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Non ferrous alloys

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Non ferrous alloys

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Non ferrous alloys

  1. 1. SHONE JOHN
  2. 2.  Non ferrous alloys are alloys that are the by products of non ferrous metals such as aluminium, cobalt, lead, magnesium, titanium and zinc. By definition, a non ferrous alloy is an alloy that does not intentionally contain iron. In general, non ferrous alloys are invested with non metallic properties, have higher melting point and better strength. These properties make them a favoured choice for several commercial and non commercial uses, including automobile and aircraft parts, communication equipment, water valves, musical instruments and the manufacturing of flammables and explosive.
  3. 3.  Pure copper has the best electrical and thermal conductivity of any commercial metal. Today, over half of the copper produced is used in electrical and electronic applications and this leads to a convenient classification of the types of copper into electrical (high conductivity) and non-electrical (engineering)
  4. 4.  Copper’s performance can be expanded to suit many industrial applications. This is achieved by alloying: making a solid material out of two or more different metals. By combining copper with other metals, alloys can be made to fit almost any application.
  5. 5.  Brass is the generic term for a range of copper-zinc alloys with differing combinations of properties, including strength, machinability, ductility, wear- resistance, hardness, colour, antimicrobial, electrical and thermal conductivity, and corrosion-resistance.
  6. 6.  Bronze alloys are made from copper and tin, and were the first to be developed about four thousand years ago. They were so important that they led to a period in time being named the Bronze Age
  7. 7.  Gun metals are alloys of copper with tin, zinc and lead and have been used for at least 2000 years due to their ease of casting and good strength and corrosion resistance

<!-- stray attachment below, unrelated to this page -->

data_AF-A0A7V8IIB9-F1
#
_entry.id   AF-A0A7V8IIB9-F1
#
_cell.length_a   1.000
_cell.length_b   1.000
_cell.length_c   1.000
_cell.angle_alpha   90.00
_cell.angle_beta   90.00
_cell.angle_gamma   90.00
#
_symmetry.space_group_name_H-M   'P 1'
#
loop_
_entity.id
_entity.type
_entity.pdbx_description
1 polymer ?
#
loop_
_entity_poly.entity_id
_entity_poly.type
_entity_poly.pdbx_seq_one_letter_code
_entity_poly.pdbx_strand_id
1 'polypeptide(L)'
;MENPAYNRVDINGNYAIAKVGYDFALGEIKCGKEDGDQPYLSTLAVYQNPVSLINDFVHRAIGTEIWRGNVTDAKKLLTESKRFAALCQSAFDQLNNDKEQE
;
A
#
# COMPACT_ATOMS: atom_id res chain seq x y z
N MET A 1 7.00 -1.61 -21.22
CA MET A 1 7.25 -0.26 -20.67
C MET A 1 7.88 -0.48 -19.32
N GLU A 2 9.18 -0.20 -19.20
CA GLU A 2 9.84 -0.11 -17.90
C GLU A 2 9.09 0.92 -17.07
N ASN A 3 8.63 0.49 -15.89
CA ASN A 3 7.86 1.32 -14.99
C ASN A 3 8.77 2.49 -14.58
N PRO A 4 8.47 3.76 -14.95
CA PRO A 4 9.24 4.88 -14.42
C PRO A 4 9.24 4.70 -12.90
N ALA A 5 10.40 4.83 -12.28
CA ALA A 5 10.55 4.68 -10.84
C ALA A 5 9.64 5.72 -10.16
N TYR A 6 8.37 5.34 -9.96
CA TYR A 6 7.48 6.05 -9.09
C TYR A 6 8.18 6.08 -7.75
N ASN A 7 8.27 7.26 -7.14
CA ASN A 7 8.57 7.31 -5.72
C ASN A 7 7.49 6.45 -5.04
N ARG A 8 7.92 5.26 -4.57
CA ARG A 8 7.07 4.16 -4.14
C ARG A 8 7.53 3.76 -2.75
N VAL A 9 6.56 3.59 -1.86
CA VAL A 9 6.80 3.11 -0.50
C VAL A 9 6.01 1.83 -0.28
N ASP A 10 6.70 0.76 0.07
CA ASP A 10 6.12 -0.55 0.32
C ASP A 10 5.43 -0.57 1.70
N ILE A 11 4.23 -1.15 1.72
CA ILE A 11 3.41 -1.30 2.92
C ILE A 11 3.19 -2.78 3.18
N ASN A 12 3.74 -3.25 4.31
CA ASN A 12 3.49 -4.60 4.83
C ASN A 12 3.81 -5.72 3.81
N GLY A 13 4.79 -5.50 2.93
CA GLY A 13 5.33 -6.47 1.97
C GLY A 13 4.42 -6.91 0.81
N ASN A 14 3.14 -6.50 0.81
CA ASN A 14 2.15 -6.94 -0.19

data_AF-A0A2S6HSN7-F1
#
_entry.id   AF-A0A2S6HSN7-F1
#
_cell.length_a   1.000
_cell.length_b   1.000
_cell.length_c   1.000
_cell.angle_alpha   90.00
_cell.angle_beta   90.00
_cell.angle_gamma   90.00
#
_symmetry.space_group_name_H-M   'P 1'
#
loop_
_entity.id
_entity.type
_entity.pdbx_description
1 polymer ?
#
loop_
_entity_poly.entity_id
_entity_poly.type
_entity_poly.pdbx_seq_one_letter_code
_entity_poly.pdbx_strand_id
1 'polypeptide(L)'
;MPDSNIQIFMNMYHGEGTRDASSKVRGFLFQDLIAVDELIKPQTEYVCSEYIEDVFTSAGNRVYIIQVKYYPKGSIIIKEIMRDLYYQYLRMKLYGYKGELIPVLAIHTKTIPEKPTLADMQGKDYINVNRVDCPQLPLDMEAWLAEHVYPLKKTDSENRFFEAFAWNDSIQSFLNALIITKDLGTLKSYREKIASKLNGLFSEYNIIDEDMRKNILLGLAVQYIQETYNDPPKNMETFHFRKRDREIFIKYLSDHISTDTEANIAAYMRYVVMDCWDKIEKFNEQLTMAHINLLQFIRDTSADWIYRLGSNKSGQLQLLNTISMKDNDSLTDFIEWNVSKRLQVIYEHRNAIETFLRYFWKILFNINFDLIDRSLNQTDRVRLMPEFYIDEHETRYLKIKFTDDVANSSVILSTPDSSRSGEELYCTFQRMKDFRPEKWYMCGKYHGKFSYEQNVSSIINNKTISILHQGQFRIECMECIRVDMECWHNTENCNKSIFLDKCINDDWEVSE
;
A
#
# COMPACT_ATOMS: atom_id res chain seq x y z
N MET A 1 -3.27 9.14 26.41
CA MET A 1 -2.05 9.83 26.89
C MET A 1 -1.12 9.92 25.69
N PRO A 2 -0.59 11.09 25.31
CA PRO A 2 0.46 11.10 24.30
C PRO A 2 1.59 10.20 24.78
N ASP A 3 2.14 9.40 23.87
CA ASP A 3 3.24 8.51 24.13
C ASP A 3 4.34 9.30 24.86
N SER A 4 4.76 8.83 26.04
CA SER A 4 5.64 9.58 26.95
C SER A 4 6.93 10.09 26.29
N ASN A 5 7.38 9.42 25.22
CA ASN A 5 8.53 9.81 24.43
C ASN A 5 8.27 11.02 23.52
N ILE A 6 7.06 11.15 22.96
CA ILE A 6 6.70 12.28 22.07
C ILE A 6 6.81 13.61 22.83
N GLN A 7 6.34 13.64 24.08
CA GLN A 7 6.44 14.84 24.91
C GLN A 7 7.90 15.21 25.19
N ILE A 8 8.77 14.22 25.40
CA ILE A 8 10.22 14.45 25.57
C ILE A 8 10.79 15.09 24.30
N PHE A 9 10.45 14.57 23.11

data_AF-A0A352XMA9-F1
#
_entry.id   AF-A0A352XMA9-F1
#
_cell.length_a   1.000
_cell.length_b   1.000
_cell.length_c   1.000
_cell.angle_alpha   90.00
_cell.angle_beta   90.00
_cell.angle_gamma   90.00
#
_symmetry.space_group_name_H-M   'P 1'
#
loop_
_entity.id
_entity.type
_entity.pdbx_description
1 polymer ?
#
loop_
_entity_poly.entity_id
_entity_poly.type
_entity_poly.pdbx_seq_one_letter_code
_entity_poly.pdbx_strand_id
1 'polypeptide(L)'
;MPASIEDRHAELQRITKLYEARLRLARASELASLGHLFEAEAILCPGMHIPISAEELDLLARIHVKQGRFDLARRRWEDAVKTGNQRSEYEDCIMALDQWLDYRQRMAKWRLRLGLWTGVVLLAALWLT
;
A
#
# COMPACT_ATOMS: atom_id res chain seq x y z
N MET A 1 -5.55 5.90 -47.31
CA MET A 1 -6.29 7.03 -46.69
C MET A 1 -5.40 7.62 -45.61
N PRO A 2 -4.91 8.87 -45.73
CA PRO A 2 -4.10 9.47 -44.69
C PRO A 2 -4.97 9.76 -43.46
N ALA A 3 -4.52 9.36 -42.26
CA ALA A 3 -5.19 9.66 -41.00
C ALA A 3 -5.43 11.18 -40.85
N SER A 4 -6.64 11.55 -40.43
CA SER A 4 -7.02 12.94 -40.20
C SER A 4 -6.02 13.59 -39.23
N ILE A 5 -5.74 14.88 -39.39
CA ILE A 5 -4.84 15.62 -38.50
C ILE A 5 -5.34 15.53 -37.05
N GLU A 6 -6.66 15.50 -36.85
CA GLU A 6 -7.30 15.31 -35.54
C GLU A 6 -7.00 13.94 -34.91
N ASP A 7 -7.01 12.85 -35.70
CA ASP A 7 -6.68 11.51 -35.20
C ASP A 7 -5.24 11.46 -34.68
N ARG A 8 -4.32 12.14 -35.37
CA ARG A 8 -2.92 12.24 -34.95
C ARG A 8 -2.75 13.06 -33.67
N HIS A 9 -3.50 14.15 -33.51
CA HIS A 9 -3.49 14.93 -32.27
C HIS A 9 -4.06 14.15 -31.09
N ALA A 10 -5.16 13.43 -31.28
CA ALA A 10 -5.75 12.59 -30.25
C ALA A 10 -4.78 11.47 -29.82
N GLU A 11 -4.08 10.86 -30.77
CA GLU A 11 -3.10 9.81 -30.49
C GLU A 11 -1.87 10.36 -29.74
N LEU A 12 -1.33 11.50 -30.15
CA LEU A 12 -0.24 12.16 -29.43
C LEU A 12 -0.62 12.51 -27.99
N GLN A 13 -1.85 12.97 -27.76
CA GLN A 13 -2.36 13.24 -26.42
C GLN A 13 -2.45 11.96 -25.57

8. 8.  Copper-nickel alloys have excellent resistance to marine corrosion and biofouling. The addition of nickel to copper improves strength and corrosion resistance, but good ductility is retained.
  9. 9.  Nickel silver alloys are made from copper, nickel and zinc, and can be regarded as special brasses. They have an attractive silvery appearance rather than the typical brassy colour.
  10. 10.  Beryllium copper is the hardest and strongest of any copper alloy, in the fully heat treated and cold worked condition. It is similar in mechanical properties to many high strength alloy steels but, compared to steels, it has better corrosion resistance
  11. 11. What is a microstructure? Metals are crystalline when in the solid form. The crystal structure of a solid metal refers to the internal structure or arrangement of the atoms in an ordered, repeating, three dimensional pattern. Normal metallic objects are polycrystalline, which means they consist of an aggregate of many very small crystals. These crystals are called grains. Some metallic objects, such as castings, have very large grains that can be resolved with the naked eye and these structures are referred to as macrostructures. Typically, the grains of a metal object are very small, and can not be viewed with the naked eye. The structural features of the small grains are observed using an optical microscope or metallograph, or an electron microscope, at magnifications greater than 100 times. Structures requiring this range of magnification for their examination are called microstructures.
  12. 12.  Copper is a reddish metal,  is very ductile  Malleable  has high electrical and heat conductivity.  It is used as a major element in hundreds of alloys.  it is very soft,  it is very difficult to machine due to its high ductility
  13. 13.  The principal use of commercially pure copper is in the electrical industry where it is made into wire or other such conductors.  It is also used in the manufacture of nonferrous alloys such as brass, bronze, and Monel metal.  Typical copper products are  sheet roofing,  cartridge cases,  bushings,  wire,  bearings,  and statues.  Used in Ornament making
  14. 14. Copper application areas cover a wide variety of different disciplines  Architecture application of copper and copper alloy materials in all aspects of architecture, both exterior and interior ...  Automotive Copper is an essential component of many of the latest design elements in today's cars.  Electrical Copper's high conductivity makes it the ideal material in a wide variety of electical applications including:  Electrical Energy Efficiency  Power Quality  Building Wire

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